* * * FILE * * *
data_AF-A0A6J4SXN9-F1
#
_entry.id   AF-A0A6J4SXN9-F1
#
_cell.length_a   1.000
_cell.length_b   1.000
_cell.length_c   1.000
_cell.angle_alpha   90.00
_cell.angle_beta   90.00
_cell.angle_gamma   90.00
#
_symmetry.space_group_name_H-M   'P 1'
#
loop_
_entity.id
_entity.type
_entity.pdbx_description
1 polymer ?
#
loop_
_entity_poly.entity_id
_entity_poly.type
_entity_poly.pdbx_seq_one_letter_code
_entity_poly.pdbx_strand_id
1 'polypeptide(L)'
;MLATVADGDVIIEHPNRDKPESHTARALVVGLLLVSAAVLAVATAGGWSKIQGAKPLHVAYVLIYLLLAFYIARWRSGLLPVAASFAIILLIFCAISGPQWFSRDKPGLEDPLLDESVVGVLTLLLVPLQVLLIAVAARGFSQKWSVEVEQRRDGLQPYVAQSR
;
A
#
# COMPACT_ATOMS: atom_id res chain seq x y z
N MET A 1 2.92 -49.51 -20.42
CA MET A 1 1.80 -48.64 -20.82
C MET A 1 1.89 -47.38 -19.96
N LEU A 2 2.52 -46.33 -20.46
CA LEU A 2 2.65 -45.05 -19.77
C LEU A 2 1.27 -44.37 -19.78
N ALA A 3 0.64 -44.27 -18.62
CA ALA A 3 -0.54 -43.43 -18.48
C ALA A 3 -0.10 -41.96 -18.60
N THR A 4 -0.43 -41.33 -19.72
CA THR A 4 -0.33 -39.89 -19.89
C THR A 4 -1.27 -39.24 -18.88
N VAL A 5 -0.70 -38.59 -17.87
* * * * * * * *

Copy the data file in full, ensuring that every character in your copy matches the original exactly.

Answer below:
data_AF-A0A6J4SXN9-F1
#
_entry.id   AF-A0A6J4SXN9-F1
#
_cell.length_a   1.000
_cell.length_b   1.000
_cell.length_c   1.000
_cell.angle_alpha   90.00
_cell.angle_beta   90.00
_cell.angle_gamma   90.00
#
_symmetry.space_group_name_H-M   'P 1'
#
loop_
_entity.id
_entity.type
_entity.pdbx_description
1 polymer ?
#
loop_
_entity_poly.entity_id
_entity_poly.type
_entity_poly.pdbx_seq_one_letter_code
_entity_poly.pdbx_strand_id
1 'polypeptide(L)'
;MLATVADGDVIIEHPNRDKPESHTARALVVGLLLVSAAVLAVATAGGWSKIQGAKPLHVAYVLIYLLLAFYIARWRSGLLPVAASFAIILLIFCAISGPQWFSRDKPGLEDPLLDESVVGVLTLLLVPLQVLLIAVAARGFSQKWSVEVEQRRDGLQPYVAQSR
;
A
#
# COMPACT_ATOMS: atom_id res chain seq x y z
N MET A 1 2.92 -49.51 -20.42
CA MET A 1 1.80 -48.64 -20.82
C MET A 1 1.89 -47.38 -19.96
N LEU A 2 2.52 -46.33 -20.46
CA LEU A 2 2.65 -45.05 -19.77
C LEU A 2 1.27 -44.37 -19.78
N ALA A 3 0.64 -44.27 -18.62
CA ALA A 3 -0.54 -43.43 -18.48
C ALA A 3 -0.10 -41.96 -18.60
N THR A 4 -0.43 -41.33 -19.72
CA THR A 4 -0.33 -39.89 -19.89
C THR A 4 -1.27 -39.24 -18.88
N VAL A 5 -0.70 -38.59 -17.87